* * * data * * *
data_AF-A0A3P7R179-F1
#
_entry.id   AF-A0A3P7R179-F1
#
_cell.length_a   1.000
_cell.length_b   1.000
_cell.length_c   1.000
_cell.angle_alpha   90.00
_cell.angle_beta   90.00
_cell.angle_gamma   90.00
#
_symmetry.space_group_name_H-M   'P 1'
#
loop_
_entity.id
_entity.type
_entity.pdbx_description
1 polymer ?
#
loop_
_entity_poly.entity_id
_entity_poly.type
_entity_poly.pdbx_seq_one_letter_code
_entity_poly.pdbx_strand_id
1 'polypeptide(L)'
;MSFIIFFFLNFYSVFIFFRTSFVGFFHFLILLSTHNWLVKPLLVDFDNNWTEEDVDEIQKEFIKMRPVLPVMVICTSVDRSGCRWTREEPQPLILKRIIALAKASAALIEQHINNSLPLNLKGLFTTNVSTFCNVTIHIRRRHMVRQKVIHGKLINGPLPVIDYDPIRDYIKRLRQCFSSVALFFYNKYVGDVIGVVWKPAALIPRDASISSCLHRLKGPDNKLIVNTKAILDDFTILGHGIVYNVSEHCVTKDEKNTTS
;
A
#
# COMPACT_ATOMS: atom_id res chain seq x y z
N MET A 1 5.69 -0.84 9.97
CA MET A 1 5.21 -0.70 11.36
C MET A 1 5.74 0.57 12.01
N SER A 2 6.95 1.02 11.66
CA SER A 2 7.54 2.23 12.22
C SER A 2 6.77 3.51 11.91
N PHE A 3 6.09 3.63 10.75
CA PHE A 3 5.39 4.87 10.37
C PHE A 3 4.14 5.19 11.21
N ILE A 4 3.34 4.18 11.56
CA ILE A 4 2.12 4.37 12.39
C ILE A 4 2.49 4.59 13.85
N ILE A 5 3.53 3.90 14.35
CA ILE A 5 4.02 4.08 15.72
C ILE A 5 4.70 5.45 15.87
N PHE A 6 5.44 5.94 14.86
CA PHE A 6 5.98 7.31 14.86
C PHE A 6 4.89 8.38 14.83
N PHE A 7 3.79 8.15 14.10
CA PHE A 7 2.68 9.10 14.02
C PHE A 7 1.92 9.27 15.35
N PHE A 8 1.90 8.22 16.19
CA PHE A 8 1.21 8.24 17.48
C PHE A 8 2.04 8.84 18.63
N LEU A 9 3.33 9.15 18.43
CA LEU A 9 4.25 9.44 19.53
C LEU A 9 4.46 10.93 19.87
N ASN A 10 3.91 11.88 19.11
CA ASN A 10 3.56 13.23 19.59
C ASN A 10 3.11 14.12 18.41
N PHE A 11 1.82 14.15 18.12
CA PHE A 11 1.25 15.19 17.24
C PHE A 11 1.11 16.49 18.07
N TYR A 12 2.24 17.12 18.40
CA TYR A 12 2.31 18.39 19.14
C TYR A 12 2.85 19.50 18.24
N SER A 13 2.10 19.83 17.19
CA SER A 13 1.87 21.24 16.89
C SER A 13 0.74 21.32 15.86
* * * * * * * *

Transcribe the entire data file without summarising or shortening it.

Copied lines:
data_AF-A0A3P7R179-F1
#
_entry.id   AF-A0A3P7R179-F1
#
_cell.length_a   1.000
_cell.length_b   1.000
_cell.length_c   1.000
_cell.angle_alpha   90.00
_cell.angle_beta   90.00
_cell.angle_gamma   90.00
#
_symmetry.space_group_name_H-M   'P 1'
#
loop_
_entity.id
_entity.type
_entity.pdbx_description
1 polymer ?
#
loop_
_entity_poly.entity_id
_entity_poly.type
_entity_poly.pdbx_seq_one_letter_code
_entity_poly.pdbx_strand_id
1 'polypeptide(L)'
;MSFIIFFFLNFYSVFIFFRTSFVGFFHFLILLSTHNWLVKPLLVDFDNNWTEEDVDEIQKEFIKMRPVLPVMVICTSVDRSGCRWTREEPQPLILKRIIALAKASAALIEQHINNSLPLNLKGLFTTNVSTFCNVTIHIRRRHMVRQKVIHGKLINGPLPVIDYDPIRDYIKRLRQCFSSVALFFYNKYVGDVIGVVWKPAALIPRDASISSCLHRLKGPDNKLIVNTKAILDDFTILGHGIVYNVSEHCVTKDEKNTTS
;
A
#
# COMPACT_ATOMS: atom_id res chain seq x y z
N MET A 1 5.69 -0.84 9.97
CA MET A 1 5.21 -0.70 11.36
C MET A 1 5.74 0.57 12.01
N SER A 2 6.95 1.02 11.66
CA SER A 2 7.54 2.23 12.22
C SER A 2 6.77 3.51 11.91
N PHE A 3 6.09 3.63 10.75
CA PHE A 3 5.39 4.87 10.37
C PHE A 3 4.14 5.19 11.21
N ILE A 4 3.34 4.18 11.56
CA ILE A 4 2.12 4.37 12.39
C ILE A 4 2.49 4.59 13.85
N ILE A 5 3.53 3.90 14.35
CA ILE A 5 4.02 4.08 15.72
C ILE A 5 4.70 5.45 15.87
N PHE A 6 5.44 5.94 14.86
CA PHE A 6 5.98 7.31 14.86
C PHE A 6 4.89 8.38 14.83
N PHE A 7 3.79 8.15 14.10
CA PHE A 7 2.68 9.10 14.02
C PHE A 7 1.92 9.27 15.35
N PHE A 8 1.90 8.22 16.19
CA PHE A 8 1.21 8.24 17.48
C PHE A 8 2.04 8.84 18.63
N LEU A 9 3.33 9.15 18.43
CA LEU A 9 4.25 9.44 19.53
C LEU A 9 4.46 10.93 19.87
N ASN A 10 3.91 11.88 19.11
CA ASN A 10 3.56 13.23 19.59
C ASN A 10 3.11 14.12 18.41
N PHE A 11 1.82 14.15 18.12
CA PHE A 11 1.25 15.19 17.24
C PHE A 11 1.11 16.49 18.07
N TYR A 12 2.24 17.12 18.40
CA TYR A 12 2.31 18.39 19.14
C TYR A 12 2.85 19.50 18.24
N SER A 13 2.10 19.83 17.19
CA SER A 13 1.87 21.24 16.89
C SER A 13 0.74 21.32 15.86